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our correspondent met some of them living in reyhanli in southern turkey. >> reporter: this house not far from the syrian border is a safe haven that tens of thousands of other syrian children wish they had, a place to learn and play away from the air strikes and air bombs. this is the or fan age that houses 60 children whose family have been killed by the regime and allies. it is run by an ngo which is there help these children. each face has a harrowing tail. this 11-year-old is from homs. most of the city has been bombed to the ground. his father was killed by soldiers. the teachers here told me he wets his bed regularly and rarely manages to sleep through a notice without screaming. he hopes for a better future.
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>> translation: when i grow up i want to be an architect to rebuild my country >> reporter: i ask him what message he has to the world leaders. >> translation: i tell them you don't love us like you claim. if you did you would have liberated us. >> reporter: this girl is five. losing her parents has left her so distraught she finds it difficult to speak. her eyes tell a story by themselves. this is another child forced to grow up way too quickly. it is tough, she says, to get the sounds of explosions out of her head >> translation: life used to be so nice. after the revolution things became horrible. they destroyed everything with their weapons >> reporter: listening to some of these orphans stories is enough to make anybody with a sense of humanitarian want to bring an end to this war. the problem is, is not only have they been robbed of their parents, the more and more it will kills.
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the or fan fannage have a stron education mandate. unless money is found, these orphans may find themselves without a home. >> translation: we're looking for funding. we've sent messages to numerous organizations but no-one has responded. on some days the children are taken on trips. today they visit the border with syria. this is the closest they can get to their homes without fear of barrel bombs or russian air strikes. as they close their eyes they picture a syria free from all of the killing where the child's future is more important than military ambition where innocence is cherished not bombed from the sky. a hope they wish will some day come true three suicide bombers have killed eight soldiers near the dam n in western iraq.
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the bombers were disguised uniforms. they entered the base with fake ids before blowing themselves up. lawyers from the main opposition party in south africa are in court trying to reinstate corruption charges against president zuma. he was charged with corruption over a four billion dollar arms deal 11 years ago. the case collapsed in 2006. then it was reinstated in 2007. shortly after mr zuma was elected. the charges were dropped again weeks before the general election in 2009. the prosecutor said he couldn't get a fair trial pause phone tapped conversationss revealed political interference in the investigation. our correspondent follows the story >> reporter: the da will be spending the next three days trying to convince a full bench three high court judges that the decision by the national prosecuting authority to drop 783 corruption charges against the president was wrong.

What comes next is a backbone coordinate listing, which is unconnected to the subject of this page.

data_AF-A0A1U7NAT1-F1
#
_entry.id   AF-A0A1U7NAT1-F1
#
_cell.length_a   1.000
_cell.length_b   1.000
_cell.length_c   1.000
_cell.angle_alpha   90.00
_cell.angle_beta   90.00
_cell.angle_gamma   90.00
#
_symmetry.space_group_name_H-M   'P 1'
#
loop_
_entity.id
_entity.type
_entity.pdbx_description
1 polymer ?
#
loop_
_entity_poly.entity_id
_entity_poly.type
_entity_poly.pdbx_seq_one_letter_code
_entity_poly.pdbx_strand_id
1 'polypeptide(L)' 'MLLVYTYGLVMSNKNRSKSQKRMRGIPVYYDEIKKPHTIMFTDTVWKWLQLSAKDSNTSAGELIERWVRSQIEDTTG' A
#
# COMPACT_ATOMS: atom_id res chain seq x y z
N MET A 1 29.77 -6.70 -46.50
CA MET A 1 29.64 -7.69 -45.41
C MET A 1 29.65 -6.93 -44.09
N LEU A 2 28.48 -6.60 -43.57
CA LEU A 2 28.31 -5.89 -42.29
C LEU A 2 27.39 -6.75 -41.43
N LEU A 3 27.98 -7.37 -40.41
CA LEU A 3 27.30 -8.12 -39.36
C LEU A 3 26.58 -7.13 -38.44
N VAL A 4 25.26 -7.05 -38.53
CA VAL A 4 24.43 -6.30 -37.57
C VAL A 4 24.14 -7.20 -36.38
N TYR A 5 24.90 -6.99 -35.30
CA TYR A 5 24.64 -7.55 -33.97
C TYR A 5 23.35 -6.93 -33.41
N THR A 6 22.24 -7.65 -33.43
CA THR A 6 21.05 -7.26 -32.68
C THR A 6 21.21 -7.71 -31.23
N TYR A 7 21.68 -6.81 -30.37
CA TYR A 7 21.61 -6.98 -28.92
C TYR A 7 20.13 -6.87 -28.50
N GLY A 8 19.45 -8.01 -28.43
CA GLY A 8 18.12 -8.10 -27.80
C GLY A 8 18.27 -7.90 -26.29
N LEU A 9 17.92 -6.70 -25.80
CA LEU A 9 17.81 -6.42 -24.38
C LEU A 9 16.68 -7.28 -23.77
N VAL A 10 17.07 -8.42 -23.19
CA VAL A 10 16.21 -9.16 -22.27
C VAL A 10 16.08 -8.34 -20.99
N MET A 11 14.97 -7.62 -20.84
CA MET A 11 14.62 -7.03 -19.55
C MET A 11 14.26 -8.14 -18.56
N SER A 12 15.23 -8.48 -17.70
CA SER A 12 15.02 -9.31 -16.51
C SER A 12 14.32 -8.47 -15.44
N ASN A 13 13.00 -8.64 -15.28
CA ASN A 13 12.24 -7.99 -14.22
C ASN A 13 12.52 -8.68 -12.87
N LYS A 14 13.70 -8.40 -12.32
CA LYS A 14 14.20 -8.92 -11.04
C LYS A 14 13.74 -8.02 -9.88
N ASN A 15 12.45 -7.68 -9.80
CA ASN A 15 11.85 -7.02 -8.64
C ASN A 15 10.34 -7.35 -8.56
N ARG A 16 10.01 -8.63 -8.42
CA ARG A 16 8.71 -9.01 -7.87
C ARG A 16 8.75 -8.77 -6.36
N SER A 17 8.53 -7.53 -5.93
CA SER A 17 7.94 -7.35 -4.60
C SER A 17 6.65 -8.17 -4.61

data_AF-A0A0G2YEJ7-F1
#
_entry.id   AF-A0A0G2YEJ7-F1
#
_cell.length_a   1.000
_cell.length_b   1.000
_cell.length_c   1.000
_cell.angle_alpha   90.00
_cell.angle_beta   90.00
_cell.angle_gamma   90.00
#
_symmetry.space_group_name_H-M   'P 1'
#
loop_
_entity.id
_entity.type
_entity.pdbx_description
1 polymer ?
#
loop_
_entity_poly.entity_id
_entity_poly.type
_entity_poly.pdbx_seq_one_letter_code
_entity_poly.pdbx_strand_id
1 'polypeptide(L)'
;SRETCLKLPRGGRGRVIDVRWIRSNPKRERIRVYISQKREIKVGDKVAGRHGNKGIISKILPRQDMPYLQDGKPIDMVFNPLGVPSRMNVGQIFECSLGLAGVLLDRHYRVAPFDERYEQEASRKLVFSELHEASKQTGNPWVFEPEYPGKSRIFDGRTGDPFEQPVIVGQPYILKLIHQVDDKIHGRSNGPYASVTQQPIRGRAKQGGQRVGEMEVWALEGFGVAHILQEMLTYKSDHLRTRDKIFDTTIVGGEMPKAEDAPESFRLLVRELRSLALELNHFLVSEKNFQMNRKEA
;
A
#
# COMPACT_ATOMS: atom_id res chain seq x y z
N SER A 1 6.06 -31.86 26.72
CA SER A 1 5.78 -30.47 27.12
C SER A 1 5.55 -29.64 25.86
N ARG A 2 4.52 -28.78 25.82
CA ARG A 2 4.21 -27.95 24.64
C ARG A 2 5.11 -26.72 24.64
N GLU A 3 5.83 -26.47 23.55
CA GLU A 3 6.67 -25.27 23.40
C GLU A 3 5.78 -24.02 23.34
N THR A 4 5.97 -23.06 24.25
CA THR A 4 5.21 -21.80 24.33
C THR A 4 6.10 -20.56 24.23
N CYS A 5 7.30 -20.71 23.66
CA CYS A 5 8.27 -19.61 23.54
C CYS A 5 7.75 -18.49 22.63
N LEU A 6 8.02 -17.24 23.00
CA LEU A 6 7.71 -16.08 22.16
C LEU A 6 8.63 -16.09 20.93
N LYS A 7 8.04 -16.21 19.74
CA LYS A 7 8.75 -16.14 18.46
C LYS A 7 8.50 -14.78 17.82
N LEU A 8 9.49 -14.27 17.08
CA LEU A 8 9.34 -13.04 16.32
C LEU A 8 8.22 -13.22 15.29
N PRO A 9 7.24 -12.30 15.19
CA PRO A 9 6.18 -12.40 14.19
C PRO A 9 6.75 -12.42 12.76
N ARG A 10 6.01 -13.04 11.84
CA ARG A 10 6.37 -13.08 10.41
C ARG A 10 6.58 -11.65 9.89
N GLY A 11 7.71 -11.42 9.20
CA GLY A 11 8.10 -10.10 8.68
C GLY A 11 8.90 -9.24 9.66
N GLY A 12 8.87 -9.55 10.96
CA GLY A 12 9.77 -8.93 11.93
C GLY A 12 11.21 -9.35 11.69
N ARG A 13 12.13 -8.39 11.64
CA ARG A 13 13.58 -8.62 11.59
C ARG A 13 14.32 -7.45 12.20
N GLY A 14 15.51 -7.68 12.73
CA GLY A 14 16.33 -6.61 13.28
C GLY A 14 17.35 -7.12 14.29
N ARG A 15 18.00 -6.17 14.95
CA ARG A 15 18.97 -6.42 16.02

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this all comes down to what is known as the spy tapes. these are secretly recorded phone conversations between the then head of a special investigations unit, a former head of the national prosecuting authority and a former minister of justice an in which there is evidence that they may have colluded on the timing of these charges. now, at the time of dropping these charges, the national prosecuting authority says that that was evidence of political interference in the process. the da is argue regardless of whether there was political interference or not, the strength, the merit of the case against the president was strong enough that he should have had his day in court. it once that decision to trop the charges reviewed, over turned and for the charges to be reinstated. the about has always argued there was a political conspiracy against him at the time and he says in a statement issued late last night that this is merely an effort by the da to score political points and to win votes, but on the same day in
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parliament in cape town the president will be facing a vote of no confidence, so this is a very difficult day for him the man accused of ruining monday ewe meant in mali is due to stand trial. it is the first time time it has been included as a war crime at the icc. our correspondent reports. >> reporter: the ancient city here was occupied by rebels four years ago. fighters from who linked to al-qaeda destroyed tombs and mosques. hundreds of years of history smashed into piece. this man is accused of destroying that cultural heritage. if the international criminal court in the hague confirms the charges again him, he will become the first man to be tried
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for war crimes against buildings and culture. at a pretrial hearing in september he linked to the charges and identified him. >> translation: i am from a tribe. i was born about 40 years ago. i'm a graduate from a teachers institute. i was a civil servant in the government beginning in 2011. >> reporter: it was once an important center of islamic learning which was badly damaged during the sar dean occupation. they hope this will deter others from destroying ancient treasures elsewhere in the world. fighters have blown up 200,000 year old architecture and statues. it will make legal history if it is successful prosecution. it will also send a message to